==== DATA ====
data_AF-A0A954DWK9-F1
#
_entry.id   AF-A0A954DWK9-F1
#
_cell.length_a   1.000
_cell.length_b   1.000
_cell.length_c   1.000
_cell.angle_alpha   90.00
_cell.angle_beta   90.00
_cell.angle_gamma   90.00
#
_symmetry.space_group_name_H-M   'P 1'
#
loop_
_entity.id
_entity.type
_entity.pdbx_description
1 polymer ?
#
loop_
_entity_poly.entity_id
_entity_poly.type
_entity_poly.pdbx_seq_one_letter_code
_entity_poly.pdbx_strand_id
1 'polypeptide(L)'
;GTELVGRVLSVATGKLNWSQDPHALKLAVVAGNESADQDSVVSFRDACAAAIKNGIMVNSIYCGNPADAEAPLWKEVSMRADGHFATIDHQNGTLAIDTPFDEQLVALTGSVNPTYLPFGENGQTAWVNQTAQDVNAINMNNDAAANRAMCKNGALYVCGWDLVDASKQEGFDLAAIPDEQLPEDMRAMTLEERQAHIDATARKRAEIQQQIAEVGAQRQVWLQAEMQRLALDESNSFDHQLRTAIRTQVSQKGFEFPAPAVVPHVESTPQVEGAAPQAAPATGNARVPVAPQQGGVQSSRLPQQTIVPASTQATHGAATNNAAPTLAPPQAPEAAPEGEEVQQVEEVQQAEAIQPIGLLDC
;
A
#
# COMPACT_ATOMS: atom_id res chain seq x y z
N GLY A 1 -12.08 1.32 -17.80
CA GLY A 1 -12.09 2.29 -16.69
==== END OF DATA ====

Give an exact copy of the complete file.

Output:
data_AF-A0A954DWK9-F1
#
_entry.id   AF-A0A954DWK9-F1
#
_cell.length_a   1.000
_cell.length_b   1.000
_cell.length_c   1.000
_cell.angle_alpha   90.00
_cell.angle_beta   90.00
_cell.angle_gamma   90.00
#
_symmetry.space_group_name_H-M   'P 1'
#
loop_
_entity.id
_entity.type
_entity.pdbx_description
1 polymer ?
#
loop_
_entity_poly.entity_id
_entity_poly.type
_entity_poly.pdbx_seq_one_letter_code
_entity_poly.pdbx_strand_id
1 'polypeptide(L)'
;GTELVGRVLSVATGKLNWSQDPHALKLAVVAGNESADQDSVVSFRDACAAAIKNGIMVNSIYCGNPADAEAPLWKEVSMRADGHFATIDHQNGTLAIDTPFDEQLVALTGSVNPTYLPFGENGQTAWVNQTAQDVNAINMNNDAAANRAMCKNGALYVCGWDLVDASKQEGFDLAAIPDEQLPEDMRAMTLEERQAHIDATARKRAEIQQQIAEVGAQRQVWLQAEMQRLALDESNSFDHQLRTAIRTQVSQKGFEFPAPAVVPHVESTPQVEGAAPQAAPATGNARVPVAPQQGGVQSSRLPQQTIVPASTQATHGAATNNAAPTLAPPQAPEAAPEGEEVQQVEEVQQAEAIQPIGLLDC
;
A
#
# COMPACT_ATOMS: atom_id res chain seq x y z
N GLY A 1 -12.08 1.32 -17.80
CA GLY A 1 -12.09 2.29 -16.69